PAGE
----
(CNN) -- A North Korean rocket slated for launch sometime early next month can be clearly seen in a satellite photograph taken Sunday, the Institute for Science and International Security said Sunday.
The latest satellite image shows a rocket sitting on its launch pad in the north east of the country.
The satellite imagery, obtained by the ISIS from DigitalGlobe, is said to show the rocket at the Musudan-ri launch site in northeastern North Korea. The image casts a shadow on the ground below.
CNN could not independently confirm the information provided by the institute, led by former U.N. nuclear inspector David Albright. Defense Department officials were not immediately available for comment.
U.S. Defense Secretary Robert Gates said Sunday there is little doubt that the planned launch is designed to bolster that North Korea's military capability.
He also indicated that the U.S. military could be prepared to shoot down a North Korean missile if the rogue regime develops the capability to reach Hawaii or the western continental United States in a future launch.
The North Korean government says it will launch a commercial satellite atop a rocket sometime between April 4 and April 8.
"I don't know anyone at a senior level in the American government who does not believe this technology is intended as a mask for the development of an intercontinental ballistic missile," Gates said during an appearance on "Fox News Sunday."
Gates noted that while the United States believes it is North Korea's "long-term intent" to add a nuclear warhead to any such missile, he "personally would be skeptical that they have the ability right now to do that."
Japan recently mobilized its missile defense system -- an unprecedented step -- in response to the planned North Korean launch, Japanese officials said.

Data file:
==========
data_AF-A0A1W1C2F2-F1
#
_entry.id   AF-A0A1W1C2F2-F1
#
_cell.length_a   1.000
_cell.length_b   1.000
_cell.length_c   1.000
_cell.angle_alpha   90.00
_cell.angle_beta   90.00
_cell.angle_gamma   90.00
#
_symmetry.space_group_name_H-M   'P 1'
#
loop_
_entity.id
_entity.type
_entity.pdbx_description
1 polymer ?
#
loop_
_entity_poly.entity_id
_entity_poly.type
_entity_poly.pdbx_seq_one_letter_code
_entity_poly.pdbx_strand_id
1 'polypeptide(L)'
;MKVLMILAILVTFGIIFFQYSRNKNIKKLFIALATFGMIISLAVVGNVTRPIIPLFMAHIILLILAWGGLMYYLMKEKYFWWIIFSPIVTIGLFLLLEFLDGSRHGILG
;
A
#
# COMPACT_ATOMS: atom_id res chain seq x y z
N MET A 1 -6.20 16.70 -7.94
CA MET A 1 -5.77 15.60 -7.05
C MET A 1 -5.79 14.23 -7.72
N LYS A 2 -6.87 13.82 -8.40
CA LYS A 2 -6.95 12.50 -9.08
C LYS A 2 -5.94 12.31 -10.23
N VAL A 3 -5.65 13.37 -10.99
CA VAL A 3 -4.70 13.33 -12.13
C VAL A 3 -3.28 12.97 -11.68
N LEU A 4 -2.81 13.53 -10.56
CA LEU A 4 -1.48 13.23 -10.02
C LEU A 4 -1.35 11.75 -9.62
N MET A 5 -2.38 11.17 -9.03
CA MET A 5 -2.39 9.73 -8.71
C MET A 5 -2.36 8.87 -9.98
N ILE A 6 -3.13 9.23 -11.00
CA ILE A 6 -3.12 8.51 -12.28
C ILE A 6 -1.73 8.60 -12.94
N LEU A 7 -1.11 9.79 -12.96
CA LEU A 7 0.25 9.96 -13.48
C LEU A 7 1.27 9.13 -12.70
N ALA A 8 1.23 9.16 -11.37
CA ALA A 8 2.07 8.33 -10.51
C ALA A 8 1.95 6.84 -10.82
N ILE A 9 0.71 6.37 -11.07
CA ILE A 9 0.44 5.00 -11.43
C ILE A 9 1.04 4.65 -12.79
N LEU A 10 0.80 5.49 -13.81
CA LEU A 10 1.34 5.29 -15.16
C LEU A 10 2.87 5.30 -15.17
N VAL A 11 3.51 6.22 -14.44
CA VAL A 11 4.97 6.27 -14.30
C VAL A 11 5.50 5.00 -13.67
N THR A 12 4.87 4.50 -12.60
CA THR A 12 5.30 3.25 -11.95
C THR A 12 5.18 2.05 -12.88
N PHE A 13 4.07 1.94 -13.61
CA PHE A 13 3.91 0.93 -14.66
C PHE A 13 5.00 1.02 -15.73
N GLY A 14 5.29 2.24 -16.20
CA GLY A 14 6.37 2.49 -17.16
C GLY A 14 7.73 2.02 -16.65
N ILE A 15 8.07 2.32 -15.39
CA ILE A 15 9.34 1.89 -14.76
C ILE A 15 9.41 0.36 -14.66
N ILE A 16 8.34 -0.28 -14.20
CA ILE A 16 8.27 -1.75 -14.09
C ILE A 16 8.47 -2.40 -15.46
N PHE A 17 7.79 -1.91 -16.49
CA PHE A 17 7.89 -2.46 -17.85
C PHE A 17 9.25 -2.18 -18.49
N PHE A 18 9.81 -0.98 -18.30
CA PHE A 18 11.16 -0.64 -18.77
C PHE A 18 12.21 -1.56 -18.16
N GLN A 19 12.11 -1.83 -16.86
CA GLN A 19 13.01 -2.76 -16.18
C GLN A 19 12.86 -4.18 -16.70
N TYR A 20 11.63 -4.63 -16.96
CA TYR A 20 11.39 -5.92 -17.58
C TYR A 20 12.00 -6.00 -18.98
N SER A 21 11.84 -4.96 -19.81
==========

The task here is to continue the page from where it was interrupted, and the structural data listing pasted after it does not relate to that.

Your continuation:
The move, noteworthy for a country with a pacifist constitution, is aimed at shooting down any debris from the launch that might fall into Japanese territory.
In a concurrent response, U.S. Navy ships capable of shooting down ballistic missiles are being moved to the Sea of Japan, a Navy spokesman said Thursday.
Gates said that the U.S. military could shoot down "an aberrant missile, one that was headed for Hawaii ... or something like that, we might consider it, but I don't think we have any plans to (do) anything like that at this point."
He does not believe North Korea currently has the technology to reach Alaska or Pacific coast.
Gates said that impending missile launch is a clear demonstration of the failure of the recent six-party talks to disarm the North Korean regime.
"It's very troubling. The reality is that the six-party talks really have not made any headway any time recently," he said.
"If (the missile launch) is Kim Jong-Il's welcoming present to a new president ... it says a lot about the imperviousness of this regime in North Korea to any kind of diplomatic overtures."
Gates said that he believes economic sanctions are the best tool to getting countries like North Korea and Iran to the negotiating table. Both countries are believed by the United States and other Western nations to be trying to acquire a nuclear capability.
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